If patriotism is the last refuge of a scoundrel, then maybe talk radio is the first refuge of felon.
Thus “Casino Jack” Abramoff, who got out of prison two years ago and then did a halfway-house stint toiling for a kosher pizza joint in Baltimore, is following the lead of G. Gordon Liddy, Chuck Colson, and former Ohio Rep. Bob Ney, among other ex-cons, and reinventing himself as a tribune of the airwaves.
Abramoff is the newest talk jock on XM Satellite Radio. (It would be nice to compare notes with fellow radio host and old friend Ney, who broadcasts from West Virginia, but the terms of Abramoff’s probation forbid him from having contact with felons.)
The former lobbyist’s self-reinvention has gone many steps further in the suspension-of-disbelief department. Since his release, he has been trying to rebrand himself as a good-government reformer and sworn enemy of the corrupt system that, before his illicit decline and fall, helped line his pockets.
“People ask me, ‘How can we believe you?’ And my answer to you is, first of all, I am a changed man,” says Abramoff, who served 43 months in the federal pen as the central figure in last decade’s Washington corruption scandal involving Indian tribal gaming establishments and influence peddling. “But I am not going to be able to convince you I am changed any more than somebody can convince you that they love you. You have to look at people’s actions.”
Abramoff was the subject of two splashy movies, a documentary by Oscar-winning filmmaker Alex Gibney and a Hollywood feature starring Oscar winner Kevin Spacey—and he met with Spacey in prison. “The director wanted to bring Spacey in to see me, and I made it a condition that I would read the screenplay beforehand,” Abramoff tells me. “And then I asked Spacey to come first and see me alone. He said: ‘How did you like the screenplay?’ I said: ‘I don’t think it was that good.’ He said: ‘Well, Jack, we can’t make you into a hero.’ I said: ‘Look, I know that, but why not make me at least an interesting villain?’”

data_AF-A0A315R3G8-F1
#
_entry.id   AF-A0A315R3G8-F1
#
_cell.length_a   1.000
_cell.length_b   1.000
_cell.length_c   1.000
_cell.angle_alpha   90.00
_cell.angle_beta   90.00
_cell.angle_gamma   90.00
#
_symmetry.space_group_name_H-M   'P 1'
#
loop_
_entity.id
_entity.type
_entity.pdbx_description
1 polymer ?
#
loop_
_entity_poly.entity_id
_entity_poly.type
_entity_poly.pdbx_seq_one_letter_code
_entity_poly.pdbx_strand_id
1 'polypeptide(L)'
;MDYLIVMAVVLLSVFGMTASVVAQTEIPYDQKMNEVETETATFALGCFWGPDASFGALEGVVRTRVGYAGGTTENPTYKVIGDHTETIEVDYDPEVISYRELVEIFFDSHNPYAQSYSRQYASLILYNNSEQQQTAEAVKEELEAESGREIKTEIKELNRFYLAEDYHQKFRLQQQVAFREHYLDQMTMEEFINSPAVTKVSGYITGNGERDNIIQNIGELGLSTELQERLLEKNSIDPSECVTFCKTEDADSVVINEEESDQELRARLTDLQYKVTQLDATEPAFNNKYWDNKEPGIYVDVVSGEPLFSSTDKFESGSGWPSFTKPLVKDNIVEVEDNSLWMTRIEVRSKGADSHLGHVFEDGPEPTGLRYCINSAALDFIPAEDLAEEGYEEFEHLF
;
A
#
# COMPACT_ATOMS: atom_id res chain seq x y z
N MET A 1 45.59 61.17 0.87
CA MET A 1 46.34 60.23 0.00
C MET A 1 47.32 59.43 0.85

Two Dobermans bark intermittently in the background as Abramoff speaks from his home in the Maryland suburbs. He says he’s helping to craft tough legislation to clean up Washington with blue-chip lawyer Trevor Potter, an expert in the regulation of the political system, with advice from Harvard law professor Lawrence Lessig. The new law would call for a 10-year ban on lobbying after leaving government employment, Abramoff says, and a $100 annual limit on campaign contributions for lobbyists. Working with United Republic, a nonprofit whose mission is “to get the money out of politics,” Abramoff vows to use his lobbying expertise to push the reforms through Congress. And he plans to spotlight the issue on his three-hour Sunday program, The Jack Abramoff Show, which also will deal with politics and pop culture.
“The reason I am excited about radio is that it gives me a chance to talk to people,” the 53-year-old Abramoff tells me. “Writing a book or being on TV, you don’t really get any feedback. With a radio show you really do. I have sort of a unique take on things because of my history and experiences. And I can bring to discussions some stories from my past.”
“I was just an ideological zealot who basically believed that whatever the costs, whatever the amount of eggs we have to break to make the omelet, we break them and then say, ‘Let’s go get that omelet. It is more important.’”
And what a past! Today a father of five whose long-suffering wife, Pam, stuck by him in adversity and helps support the family as an educational administrator, Abramoff grew up in a rare conservative family in the wealthy liberal enclave of Beverly Hills. As a teenager, he decided to become an Orthodox Jew—another rarity for his time and place. At Brandeis University, hardly known as a hotbed of right-wing activity, he worked his way up to national chairman of the College Republicans, forming alliances with brass-knuckled operatives Grover Norquist and Ralph Reed to purge the organization of squishy dissidents and drum up acolytes for Ronald Reagan. (Norquist and Reed later benefited from, but weren’t criminally implicated in, Abramoff’s lobbying adventures.)
Among other pursuits, Abramoff and his friends actively backed a global catalog of anticommunist rebels, not all of them paragons of democracy—everyone from the Nicaraguan contras to Afghanistan’s mujahedin to Angola’s Jonas Savimbi, who hosted them all at a notorious 1985 conference in Jamba, Angola, that resembled a scene from Team America: World Police. After that, there was a lengthy sojourn in Hollywood—where Jack and his brother Robert wrote and produced the 1989 anticommunist thriller Red Scorpion, starring Dolph Lundgren and financed through a front group by South Africa’s apartheid government—and in due course Abramoff became a brilliantly connected, handsomely compensated Republican lobbyist.